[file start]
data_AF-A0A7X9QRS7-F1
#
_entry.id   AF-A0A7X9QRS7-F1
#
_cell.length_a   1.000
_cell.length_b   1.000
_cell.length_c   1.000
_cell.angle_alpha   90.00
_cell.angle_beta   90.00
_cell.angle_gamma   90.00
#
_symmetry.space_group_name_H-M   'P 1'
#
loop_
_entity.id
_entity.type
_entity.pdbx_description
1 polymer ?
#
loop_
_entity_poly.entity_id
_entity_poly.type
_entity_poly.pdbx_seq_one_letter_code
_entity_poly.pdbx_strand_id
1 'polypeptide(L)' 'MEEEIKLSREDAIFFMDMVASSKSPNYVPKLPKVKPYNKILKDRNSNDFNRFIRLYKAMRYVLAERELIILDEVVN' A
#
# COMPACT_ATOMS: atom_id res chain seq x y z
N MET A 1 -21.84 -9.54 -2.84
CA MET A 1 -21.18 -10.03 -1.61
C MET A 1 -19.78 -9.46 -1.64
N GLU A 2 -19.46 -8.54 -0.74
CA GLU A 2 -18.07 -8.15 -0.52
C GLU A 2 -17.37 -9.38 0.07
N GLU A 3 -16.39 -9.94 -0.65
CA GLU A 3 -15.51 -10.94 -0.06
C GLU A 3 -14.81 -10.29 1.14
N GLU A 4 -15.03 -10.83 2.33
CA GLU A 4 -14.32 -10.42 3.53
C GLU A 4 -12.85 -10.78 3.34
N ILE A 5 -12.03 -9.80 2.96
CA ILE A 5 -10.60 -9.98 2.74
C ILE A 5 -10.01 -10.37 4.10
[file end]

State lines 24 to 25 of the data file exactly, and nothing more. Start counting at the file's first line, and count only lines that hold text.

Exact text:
_entity_poly.pdbx_strand_id
1 'polypeptide(L)' 'MEEEIKLSREDAIFFMDMVASSKSPNYVPKLPKVKPYNKILKDRNSNDFNRFIRLYKAMRYVLAERELIILDEVVN' A